Justice Rehnquist: Do you suggest then that in a federal court a defendant could come in and move to dismiss an indictment on the ground that the Government simply had no evidence to prove its case?
Mr. Sears: Again, sir, as the cases which I have cited in my brief demonstrate, that is done.
Unidentified Justice: Are there any cases from this Court support that?
Mr. Sears: I submit, sir, that Costello from this Court supports that, that it directly supports that.
Unidentified Justice: Well, this is an approach something like Thompson v. Louisville, isn't it?
Mr. Sears: It may be, Your Honor, though I couldn't testify to that.
I'm not familiar standing here with Thompson v. Louisville, Your Honor.
Unidentified Justice: That was a case of no relevant evidence whatsoever.
Mr. Sears: In that case, Your Honor, it supports this case, because my contention here is that the Commission issued the complaint in Docket 8934, having before it no evidence which could support any inference--
Unidentified Justice: And why do you say it issued the complaint, Mr. Sears?
Mr. Sears: --Because, again, of reasons which I have laid out in my brief, Your Honor, that the Commission felt intense pressure in the extraordinary circumstances of that time.
Unidentified Justice: You mean, they got together and said, we can't resist this pressure of Senator Jackson and let's just go ahead and do it even though we have no evidence whatever?
Mr. Sears: Well, Your Honor--
Unidentified Justice: Would they go that far?
Mr. Sears: --Let me put it a little differently, if I might.
Let me suggest that what the Commission more likely thought to itself if, here we've had a winter of people shivering in their homes with fuel oil shortages, and we've had a spring when people are cursing in lines in gas stations and we think that it might be a good idea to jump on the bandwagon, to get out front, and let people know that we are trying to do something to confront a situation of obvious public concern.
Unidentified Justice: So that Senator Jackson's interest was no part of this?
Mr. Sears: No, I don't say that either, sir.
Again, as I've laid out in my complaint in the case, I think that Senator Jackson's actions were highly significant.
They brought to bear in a specific time period a focus of pressure on the Commission which led it to act and which, I suggest, led it to act rashly and unlawfully, and that's why this case is here.
Unidentified Justice: I gather your argument does... but your argument does suggest that they knew that they had absolutely no evidence to support the issuance of the complaint, no reason to believe.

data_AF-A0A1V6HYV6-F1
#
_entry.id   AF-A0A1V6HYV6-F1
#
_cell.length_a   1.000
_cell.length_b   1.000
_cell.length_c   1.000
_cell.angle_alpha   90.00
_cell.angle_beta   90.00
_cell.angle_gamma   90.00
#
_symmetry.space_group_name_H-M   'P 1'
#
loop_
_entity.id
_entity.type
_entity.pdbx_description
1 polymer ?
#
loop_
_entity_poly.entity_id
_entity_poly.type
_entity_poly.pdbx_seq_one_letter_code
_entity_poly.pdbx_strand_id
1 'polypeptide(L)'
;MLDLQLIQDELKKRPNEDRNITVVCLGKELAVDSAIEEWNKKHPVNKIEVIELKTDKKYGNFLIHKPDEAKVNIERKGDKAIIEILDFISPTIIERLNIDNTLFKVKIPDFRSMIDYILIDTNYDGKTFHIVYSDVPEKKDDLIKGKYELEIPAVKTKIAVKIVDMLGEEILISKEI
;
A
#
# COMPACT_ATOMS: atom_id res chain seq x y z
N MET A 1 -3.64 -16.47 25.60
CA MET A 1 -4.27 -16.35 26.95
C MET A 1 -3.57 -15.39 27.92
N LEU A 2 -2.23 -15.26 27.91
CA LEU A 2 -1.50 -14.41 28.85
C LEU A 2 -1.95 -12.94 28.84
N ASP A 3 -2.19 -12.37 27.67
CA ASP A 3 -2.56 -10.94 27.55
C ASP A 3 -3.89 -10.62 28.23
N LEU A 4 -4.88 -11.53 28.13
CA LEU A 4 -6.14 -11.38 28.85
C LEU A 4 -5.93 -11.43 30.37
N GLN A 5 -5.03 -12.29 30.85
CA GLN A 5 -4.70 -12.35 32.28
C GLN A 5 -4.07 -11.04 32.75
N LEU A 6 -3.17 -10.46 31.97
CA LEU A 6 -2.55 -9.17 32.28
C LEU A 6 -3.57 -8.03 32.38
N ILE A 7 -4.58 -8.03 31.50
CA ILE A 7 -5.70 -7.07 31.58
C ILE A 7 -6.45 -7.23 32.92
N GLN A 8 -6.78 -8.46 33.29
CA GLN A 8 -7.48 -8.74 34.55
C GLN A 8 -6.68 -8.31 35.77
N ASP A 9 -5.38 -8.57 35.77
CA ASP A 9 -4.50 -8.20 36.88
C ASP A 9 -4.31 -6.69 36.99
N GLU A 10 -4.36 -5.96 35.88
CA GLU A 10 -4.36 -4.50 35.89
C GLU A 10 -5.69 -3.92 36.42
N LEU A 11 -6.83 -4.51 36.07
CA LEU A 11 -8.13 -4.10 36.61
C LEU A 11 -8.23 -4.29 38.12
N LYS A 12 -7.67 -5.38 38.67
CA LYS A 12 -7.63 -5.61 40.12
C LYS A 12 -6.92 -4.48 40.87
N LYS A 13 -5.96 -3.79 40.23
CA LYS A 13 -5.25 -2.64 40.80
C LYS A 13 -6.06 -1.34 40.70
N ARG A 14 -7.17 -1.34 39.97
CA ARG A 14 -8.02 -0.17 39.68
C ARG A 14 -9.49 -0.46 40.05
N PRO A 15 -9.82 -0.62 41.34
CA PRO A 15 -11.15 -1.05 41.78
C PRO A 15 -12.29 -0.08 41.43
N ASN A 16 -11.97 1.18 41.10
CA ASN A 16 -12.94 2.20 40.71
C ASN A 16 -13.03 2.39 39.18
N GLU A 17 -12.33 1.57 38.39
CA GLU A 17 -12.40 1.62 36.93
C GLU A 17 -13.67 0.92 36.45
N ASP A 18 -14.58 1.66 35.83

Mr. Sears: Well, let me... let me talk around the corners of that a little bit.
I am not here to charge Commissioners with bad faith, with... for example, responding to Your Honor's suggestion that they somehow acted fraudulently in the circumstances, knowing that they had no basis on which to act.
I'm not here suggesting or arguing that.
I don't need to do that, that's not the drive of the case.
The drive of the case is that, in fact, the Commissioners had no basis on which to relate conduct of the Standard Oil Company of California in the relevant geographic area of the East and Gulf Coast states of the United States, to a violation of Section 5 of the FTC Act.
That is my contention.
Justice Stevens: Mr. Sears, supposing that we affirm the 9th Circuit?
The case is sent back to District Court and the Commissioners file an affidavit in that court which says in substance, well, they're right, we jumped the gun, we had suspicion but we didn't have any facts, but we've been studying the matter during the last couple of years and we are now satisfied there is reason to believe Standard has violated the law.
What should the District Court do?
Mr. Sears: Let me state it in my view, sir, what it is that the Commission should do.
The Commission should with draw the complaint, for the law is perfectly clear on this point.
The statute is explicit that a complaint may be issued by the Commissioner only upon the basis of a reason to believe determination that the respondent has violated Section 5.
The answer to your question is, they must withdraw the complaint.
Justice Stevens: Say they add to their affidavit that we could remedy this situation either by withdrawing the complaint or by amending the complaint and saying that as of the present we have reason to believe there is a violation.
We don't want to lose the benefit of the discovery we've had, so it's sort of a futile gesture to start all over.
Are they still required by law to move to withdraw the complaint?
Mr. Sears: They must, for the reason I've already stated, an explicit legal requirement, they must withdraw the present complaint.
Now, what, sir, the Commission might elect to do in that circumstance is obviously something I would not predict.
One of the extraordinary circumstances, one of the very important considerations that exists here, is that this case, if it were to proceed on this unlawfully issued complaint, would conduct an examination into a period of time prior to July, 1973, when the complaint issued.